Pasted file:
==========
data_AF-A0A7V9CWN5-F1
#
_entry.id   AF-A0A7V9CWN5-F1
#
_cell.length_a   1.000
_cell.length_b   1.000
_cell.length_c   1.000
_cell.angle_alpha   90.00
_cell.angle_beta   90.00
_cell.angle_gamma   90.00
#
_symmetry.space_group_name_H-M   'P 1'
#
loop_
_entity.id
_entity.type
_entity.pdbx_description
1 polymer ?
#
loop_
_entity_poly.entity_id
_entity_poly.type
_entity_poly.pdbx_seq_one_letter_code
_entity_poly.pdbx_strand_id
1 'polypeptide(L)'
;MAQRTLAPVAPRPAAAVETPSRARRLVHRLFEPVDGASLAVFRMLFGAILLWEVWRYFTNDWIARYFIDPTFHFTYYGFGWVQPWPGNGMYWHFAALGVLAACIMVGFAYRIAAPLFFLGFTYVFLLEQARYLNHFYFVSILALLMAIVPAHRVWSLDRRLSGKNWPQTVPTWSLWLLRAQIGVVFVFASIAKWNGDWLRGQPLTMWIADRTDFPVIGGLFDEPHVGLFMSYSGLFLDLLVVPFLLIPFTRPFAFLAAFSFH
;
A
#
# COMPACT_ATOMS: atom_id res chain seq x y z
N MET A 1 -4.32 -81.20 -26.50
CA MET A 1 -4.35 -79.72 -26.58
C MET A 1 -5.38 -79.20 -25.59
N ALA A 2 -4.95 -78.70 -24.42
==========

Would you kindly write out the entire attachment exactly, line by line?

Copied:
data_AF-A0A7V9CWN5-F1
#
_entry.id   AF-A0A7V9CWN5-F1
#
_cell.length_a   1.000
_cell.length_b   1.000
_cell.length_c   1.000
_cell.angle_alpha   90.00
_cell.angle_beta   90.00
_cell.angle_gamma   90.00
#
_symmetry.space_group_name_H-M   'P 1'
#
loop_
_entity.id
_entity.type
_entity.pdbx_description
1 polymer ?
#
loop_
_entity_poly.entity_id
_entity_poly.type
_entity_poly.pdbx_seq_one_letter_code
_entity_poly.pdbx_strand_id
1 'polypeptide(L)'
;MAQRTLAPVAPRPAAAVETPSRARRLVHRLFEPVDGASLAVFRMLFGAILLWEVWRYFTNDWIARYFIDPTFHFTYYGFGWVQPWPGNGMYWHFAALGVLAACIMVGFAYRIAAPLFFLGFTYVFLLEQARYLNHFYFVSILALLMAIVPAHRVWSLDRRLSGKNWPQTVPTWSLWLLRAQIGVVFVFASIAKWNGDWLRGQPLTMWIADRTDFPVIGGLFDEPHVGLFMSYSGLFLDLLVVPFLLIPFTRPFAFLAAFSFH
;
A
#
# COMPACT_ATOMS: atom_id res chain seq x y z
N MET A 1 -4.32 -81.20 -26.50
CA MET A 1 -4.35 -79.72 -26.58
C MET A 1 -5.38 -79.20 -25.59
N ALA A 2 -4.95 -78.70 -24.42